Telehealth on the Rise Across Delivery and Payment Components

Momentum in key areas will drive telehealth to new heights in the coming years. Academic investigation confirms telehealth’s effectiveness, according to a review of 145 articles conducted earlier this year by the Agency for Healthcare Research and Quality. The study finds evidence that recognizes the advantages of telehealth, particularly for remote intensive care and specialty care consultations.

Aside from improving access to care and delivering clinical benefits, the technology is gaining additional traction in the form or emerging payment models and regulatory support, MobiHealthNews reports.

Doctors are onboard, too. “There’s no question that providers are embracing virtual care more than ever before,” says Jason Gorevic, CEO of telehealth trailblazer Teladoc.

“However, this is a case of ‘and’ not ‘or.’ This is additive because health plan, employer and consumer adoption are rapidly increasing,” Gorevic points out.

Developing Business Models

The most successful telemedicine providers “are those who shift their mindset from reimbursement to revenue,” observes the healthcare practice of law firm Foley and Lardner. Current examples include:

  • Academic medical centers with a surplus of specialist physicians contracting with rural hospitals or other sites of care to supply on-demand medical expertise through professional service agreements such as monthly retainers (as opposed to external fee-for-service reimbursement).
  • Telemedicine companies contracting with accountable care organizations (ACOs) to implement virtual care as a means for ACOs to realize quality and cost improvements, and thereby qualify for Medicare incentive payments.
  • Provider networks offering telemedicine-based care to employer workforces via varying compensation approaches, such as per-encounter fees, capitated per employee per month payments or shared-savings models.

In any of these pathways, there’s potential for cost savings through telehealth, as providers gain the ability to monitor patients remotely, identify symptoms before diseases get worse, and prevent expensive subsequent treatments.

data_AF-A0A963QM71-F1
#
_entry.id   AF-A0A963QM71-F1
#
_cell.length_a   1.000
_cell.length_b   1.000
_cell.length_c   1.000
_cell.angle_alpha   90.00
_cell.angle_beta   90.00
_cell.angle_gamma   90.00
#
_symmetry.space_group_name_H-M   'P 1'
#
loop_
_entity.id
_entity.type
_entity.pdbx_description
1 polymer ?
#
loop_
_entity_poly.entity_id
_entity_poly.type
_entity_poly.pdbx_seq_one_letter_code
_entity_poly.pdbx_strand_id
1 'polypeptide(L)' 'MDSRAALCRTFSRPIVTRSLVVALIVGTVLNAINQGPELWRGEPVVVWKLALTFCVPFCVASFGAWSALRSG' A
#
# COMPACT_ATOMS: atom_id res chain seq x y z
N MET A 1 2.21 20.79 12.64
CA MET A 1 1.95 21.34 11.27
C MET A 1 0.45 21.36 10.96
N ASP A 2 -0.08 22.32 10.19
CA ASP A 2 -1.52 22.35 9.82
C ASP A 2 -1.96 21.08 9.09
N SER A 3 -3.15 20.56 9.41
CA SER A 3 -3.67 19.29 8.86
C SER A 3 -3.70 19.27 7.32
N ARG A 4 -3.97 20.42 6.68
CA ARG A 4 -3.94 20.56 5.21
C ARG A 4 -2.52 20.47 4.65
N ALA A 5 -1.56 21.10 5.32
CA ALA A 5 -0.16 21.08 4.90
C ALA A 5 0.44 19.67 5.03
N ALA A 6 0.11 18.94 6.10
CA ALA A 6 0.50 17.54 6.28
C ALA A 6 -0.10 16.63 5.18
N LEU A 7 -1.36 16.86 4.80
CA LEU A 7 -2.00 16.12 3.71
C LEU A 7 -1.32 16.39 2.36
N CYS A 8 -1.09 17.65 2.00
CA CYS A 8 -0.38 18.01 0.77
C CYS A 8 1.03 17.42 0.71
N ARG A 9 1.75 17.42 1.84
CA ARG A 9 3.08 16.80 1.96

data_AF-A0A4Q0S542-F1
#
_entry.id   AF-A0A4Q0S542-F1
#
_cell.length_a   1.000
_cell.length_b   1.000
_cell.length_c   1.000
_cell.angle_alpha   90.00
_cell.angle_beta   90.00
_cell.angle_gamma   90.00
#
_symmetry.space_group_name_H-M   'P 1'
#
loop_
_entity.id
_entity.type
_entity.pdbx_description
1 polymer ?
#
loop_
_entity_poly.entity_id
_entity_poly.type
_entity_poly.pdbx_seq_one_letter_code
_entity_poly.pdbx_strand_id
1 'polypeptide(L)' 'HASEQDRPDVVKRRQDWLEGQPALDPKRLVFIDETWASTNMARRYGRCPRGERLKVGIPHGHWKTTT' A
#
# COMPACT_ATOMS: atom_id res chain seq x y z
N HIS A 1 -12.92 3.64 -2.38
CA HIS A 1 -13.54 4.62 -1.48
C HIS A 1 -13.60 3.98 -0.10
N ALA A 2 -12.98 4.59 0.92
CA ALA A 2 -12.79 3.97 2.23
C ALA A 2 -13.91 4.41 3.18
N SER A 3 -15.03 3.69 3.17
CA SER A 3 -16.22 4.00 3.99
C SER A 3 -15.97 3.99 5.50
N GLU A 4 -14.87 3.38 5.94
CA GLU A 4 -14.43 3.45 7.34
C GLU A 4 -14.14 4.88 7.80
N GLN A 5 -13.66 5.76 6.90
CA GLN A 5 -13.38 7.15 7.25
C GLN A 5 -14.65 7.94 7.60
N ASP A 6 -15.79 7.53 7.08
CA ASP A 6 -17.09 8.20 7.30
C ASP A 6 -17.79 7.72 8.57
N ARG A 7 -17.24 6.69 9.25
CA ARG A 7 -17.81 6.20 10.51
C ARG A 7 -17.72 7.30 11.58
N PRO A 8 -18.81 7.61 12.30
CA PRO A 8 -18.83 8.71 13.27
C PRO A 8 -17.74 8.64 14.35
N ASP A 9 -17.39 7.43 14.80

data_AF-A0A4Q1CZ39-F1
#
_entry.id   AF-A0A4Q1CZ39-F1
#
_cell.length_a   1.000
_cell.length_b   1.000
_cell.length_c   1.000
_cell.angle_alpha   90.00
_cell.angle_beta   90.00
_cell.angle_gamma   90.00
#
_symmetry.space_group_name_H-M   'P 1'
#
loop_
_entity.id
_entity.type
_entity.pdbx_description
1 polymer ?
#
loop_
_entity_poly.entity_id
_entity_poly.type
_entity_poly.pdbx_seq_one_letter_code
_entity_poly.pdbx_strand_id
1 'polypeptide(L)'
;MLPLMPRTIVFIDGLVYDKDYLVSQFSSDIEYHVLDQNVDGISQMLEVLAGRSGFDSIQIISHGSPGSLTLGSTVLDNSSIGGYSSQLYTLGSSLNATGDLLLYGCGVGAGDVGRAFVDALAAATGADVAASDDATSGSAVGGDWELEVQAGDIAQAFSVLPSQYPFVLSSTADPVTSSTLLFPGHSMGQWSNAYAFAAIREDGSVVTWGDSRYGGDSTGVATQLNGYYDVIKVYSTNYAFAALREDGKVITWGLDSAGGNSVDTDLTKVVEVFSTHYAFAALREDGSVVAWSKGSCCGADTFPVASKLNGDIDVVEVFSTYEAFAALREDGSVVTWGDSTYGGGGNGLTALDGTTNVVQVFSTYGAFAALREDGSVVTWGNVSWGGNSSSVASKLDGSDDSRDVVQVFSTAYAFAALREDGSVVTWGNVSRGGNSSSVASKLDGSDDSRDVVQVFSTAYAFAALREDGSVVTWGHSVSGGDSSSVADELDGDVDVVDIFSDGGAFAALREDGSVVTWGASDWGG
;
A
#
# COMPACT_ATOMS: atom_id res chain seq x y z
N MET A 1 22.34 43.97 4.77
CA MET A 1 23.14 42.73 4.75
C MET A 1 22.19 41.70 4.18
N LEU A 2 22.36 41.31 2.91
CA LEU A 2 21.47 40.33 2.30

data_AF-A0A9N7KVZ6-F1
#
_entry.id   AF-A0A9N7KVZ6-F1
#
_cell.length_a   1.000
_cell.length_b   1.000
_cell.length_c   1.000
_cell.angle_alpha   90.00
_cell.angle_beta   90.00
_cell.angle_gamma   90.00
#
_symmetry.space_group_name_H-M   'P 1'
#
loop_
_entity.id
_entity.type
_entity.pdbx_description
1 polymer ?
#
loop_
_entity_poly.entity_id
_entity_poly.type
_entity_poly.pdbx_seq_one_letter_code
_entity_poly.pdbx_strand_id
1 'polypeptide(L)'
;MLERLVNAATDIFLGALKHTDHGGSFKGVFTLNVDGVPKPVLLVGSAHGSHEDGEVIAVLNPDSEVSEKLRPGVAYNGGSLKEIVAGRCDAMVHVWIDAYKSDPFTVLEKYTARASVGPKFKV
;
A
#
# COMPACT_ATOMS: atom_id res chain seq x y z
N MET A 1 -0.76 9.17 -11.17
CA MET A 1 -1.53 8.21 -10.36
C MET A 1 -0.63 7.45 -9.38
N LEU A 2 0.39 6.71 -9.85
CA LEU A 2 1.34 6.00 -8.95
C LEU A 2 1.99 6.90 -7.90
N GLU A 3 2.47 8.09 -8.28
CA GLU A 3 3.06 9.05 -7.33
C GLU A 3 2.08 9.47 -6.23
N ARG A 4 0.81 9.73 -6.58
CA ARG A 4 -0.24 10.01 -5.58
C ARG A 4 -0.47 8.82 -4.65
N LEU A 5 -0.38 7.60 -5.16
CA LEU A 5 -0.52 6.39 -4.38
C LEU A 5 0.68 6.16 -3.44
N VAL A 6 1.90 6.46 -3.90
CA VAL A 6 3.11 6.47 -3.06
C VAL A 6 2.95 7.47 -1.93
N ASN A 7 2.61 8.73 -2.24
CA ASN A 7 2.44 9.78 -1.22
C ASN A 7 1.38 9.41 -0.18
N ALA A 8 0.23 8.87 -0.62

Nonetheless, providers need to be proactive with their telehealth strategy, reports Health Data Management. That means reviewing and updating compliance programs, as well as billing, coding and documentation procedures and policies.

Integration in a Burgeoning Market

Venture capital funding for telehealth-focused companies nearly tripled between 2013 and 2016, according to an analysis conducted by Rock Health.

Meanwhile, the push is on to position telehealth as a low-cost alternative to hospital or physician office visits for non-emergency issues. An employer survey from Willis Towers Watson shows that offerings of telehealth services to employees rose from 64 percent of employers in 2016 to a projected 92 percent in 2018.

“Today, we focus on urgent care, but over time we will be able to focus on other things … [such as the] parts of patient care that are routine and can—and should—be done online,” comments Lyle Berkowitz, MD, the chief medical officer at MDLive. He predicts further emphasis on telehealth within routine care environments, helping set the stage for greater provider efficiency.

NetDirector agrees and also views telehealth as part of automated billing and payment processes. NetDirector can integrate telehealth options to EMR, billing or imaging systems, allowing telehealth to no longer be a standalone service, but a true end-to-end solution.

To find out more about NetDirector’s cloud-based HealthData Exchange platform, please contact us or request a free demo.